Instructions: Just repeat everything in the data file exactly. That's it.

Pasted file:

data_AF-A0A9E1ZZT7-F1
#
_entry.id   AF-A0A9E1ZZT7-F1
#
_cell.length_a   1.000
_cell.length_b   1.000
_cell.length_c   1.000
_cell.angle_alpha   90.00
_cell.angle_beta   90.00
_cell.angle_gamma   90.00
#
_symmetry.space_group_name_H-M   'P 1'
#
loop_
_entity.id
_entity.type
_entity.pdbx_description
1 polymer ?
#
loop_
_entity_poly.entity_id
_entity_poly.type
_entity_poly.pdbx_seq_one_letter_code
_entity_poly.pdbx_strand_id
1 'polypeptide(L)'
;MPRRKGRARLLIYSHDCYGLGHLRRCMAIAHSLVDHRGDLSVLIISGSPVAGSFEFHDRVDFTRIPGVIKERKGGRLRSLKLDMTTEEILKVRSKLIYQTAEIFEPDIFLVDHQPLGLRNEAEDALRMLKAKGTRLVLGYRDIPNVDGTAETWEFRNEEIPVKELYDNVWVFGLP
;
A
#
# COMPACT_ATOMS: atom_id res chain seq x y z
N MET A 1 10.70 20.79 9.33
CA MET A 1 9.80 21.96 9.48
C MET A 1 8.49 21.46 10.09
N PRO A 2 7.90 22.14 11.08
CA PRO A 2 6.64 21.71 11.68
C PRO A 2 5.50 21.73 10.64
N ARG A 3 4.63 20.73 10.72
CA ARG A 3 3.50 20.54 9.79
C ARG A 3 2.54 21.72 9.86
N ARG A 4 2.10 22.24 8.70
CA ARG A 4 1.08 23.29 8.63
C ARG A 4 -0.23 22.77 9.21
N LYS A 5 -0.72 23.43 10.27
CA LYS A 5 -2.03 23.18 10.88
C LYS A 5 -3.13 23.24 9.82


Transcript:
data_AF-A0A9E1ZZT7-F1
#
_entry.id   AF-A0A9E1ZZT7-F1
#
_cell.length_a   1.000
_cell.length_b   1.000
_cell.length_c   1.000
_cell.angle_alpha   90.00
_cell.angle_beta   90.00
_cell.angle_gamma   90.00
#
_symmetry.space_group_name_H-M   'P 1'
#
loop_
_entity.id
_entity.type
_entity.pdbx_description
1 polymer ?
#
loop_
_entity_poly.entity_id
_entity_poly.type
_entity_poly.pdbx_seq_one_letter_code
_entity_poly.pdbx_strand_id
1 'polypeptide(L)'
;MPRRKGRARLLIYSHDCYGLGHLRRCMAIAHSLVDHRGDLSVLIISGSPVAGSFEFHDRVDFTRIPGVIKERKGGRLRSLKLDMTTEEILKVRSKLIYQTAEIFEPDIFLVDHQPLGLRNEAEDALRMLKAKGTRLVLGYRDIPNVDGTAETWEFRNEEIPVKELYDNVWVFGLP
;
A
#
# COMPACT_ATOMS: atom_id res chain seq x y z
N MET A 1 10.70 20.79 9.33
CA MET A 1 9.80 21.96 9.48
C MET A 1 8.49 21.46 10.09
N PRO A 2 7.90 22.14 11.08
CA PRO A 2 6.64 21.71 11.68
C PRO A 2 5.50 21.73 10.64
N ARG A 3 4.63 20.73 10.72
CA ARG A 3 3.50 20.54 9.79
C ARG A 3 2.54 21.72 9.86
N ARG A 4 2.10 22.24 8.70
CA ARG A 4 1.08 23.29 8.63
C ARG A 4 -0.23 22.77 9.21
N LYS A 5 -0.72 23.43 10.27
CA LYS A 5 -2.03 23.18 10.88
C LYS A 5 -3.13 23.24 9.82